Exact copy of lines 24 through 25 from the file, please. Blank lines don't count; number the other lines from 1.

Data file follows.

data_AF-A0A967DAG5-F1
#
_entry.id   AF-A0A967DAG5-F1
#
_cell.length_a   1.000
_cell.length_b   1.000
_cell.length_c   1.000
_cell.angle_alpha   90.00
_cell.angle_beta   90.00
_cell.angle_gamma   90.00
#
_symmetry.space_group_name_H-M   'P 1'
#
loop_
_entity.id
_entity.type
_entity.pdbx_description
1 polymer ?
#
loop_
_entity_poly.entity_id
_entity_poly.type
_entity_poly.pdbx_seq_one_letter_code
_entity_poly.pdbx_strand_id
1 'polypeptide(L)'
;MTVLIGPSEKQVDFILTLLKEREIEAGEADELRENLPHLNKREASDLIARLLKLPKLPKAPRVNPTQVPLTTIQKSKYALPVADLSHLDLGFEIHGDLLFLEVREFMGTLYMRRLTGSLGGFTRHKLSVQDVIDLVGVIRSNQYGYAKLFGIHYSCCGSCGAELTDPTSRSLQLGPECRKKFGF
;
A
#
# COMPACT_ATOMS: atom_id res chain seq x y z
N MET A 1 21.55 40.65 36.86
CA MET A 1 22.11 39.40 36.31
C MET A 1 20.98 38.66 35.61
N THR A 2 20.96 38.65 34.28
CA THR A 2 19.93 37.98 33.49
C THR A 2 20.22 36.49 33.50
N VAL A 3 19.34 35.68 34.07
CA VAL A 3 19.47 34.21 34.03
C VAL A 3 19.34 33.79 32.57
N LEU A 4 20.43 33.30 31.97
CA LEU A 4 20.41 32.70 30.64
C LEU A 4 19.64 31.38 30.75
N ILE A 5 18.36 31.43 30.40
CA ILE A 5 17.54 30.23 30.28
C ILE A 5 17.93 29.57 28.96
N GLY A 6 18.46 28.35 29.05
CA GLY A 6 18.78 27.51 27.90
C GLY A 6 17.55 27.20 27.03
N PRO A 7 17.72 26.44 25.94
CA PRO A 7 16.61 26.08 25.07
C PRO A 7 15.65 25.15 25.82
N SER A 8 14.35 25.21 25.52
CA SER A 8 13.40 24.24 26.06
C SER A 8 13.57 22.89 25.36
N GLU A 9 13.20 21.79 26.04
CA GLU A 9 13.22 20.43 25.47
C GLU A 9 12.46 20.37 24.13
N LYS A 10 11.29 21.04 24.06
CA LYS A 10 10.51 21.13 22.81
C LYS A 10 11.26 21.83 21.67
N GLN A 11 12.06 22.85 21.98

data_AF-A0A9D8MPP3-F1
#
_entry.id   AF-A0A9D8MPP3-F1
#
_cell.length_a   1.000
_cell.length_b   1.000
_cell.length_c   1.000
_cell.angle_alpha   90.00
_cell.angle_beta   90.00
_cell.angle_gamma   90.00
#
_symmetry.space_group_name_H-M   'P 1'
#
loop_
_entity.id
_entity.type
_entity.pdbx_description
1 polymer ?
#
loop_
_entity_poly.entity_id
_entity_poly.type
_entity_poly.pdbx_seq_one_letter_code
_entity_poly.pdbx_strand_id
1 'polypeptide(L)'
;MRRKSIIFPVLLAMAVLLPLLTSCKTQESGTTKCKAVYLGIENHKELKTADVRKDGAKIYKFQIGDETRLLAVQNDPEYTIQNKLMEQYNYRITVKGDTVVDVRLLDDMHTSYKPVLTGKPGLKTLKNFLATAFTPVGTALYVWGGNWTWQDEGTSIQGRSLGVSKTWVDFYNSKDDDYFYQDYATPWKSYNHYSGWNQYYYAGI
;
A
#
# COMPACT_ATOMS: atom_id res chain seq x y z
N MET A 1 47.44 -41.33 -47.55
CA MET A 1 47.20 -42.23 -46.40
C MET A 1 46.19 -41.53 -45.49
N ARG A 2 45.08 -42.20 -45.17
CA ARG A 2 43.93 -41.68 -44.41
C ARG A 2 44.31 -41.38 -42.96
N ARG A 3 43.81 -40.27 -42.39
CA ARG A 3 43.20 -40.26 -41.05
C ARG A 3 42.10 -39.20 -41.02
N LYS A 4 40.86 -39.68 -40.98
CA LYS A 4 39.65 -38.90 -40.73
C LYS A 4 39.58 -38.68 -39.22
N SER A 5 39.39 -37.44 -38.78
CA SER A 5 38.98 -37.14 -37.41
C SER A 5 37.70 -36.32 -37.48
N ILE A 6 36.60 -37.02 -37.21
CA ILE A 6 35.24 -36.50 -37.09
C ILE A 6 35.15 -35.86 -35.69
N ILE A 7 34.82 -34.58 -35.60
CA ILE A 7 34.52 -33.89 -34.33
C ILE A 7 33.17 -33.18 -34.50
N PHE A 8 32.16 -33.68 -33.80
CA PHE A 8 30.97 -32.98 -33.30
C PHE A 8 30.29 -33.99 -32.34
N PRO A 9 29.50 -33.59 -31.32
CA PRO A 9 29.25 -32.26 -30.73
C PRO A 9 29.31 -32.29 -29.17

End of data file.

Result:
_entity_poly.pdbx_strand_id
1 'polypeptide(L)'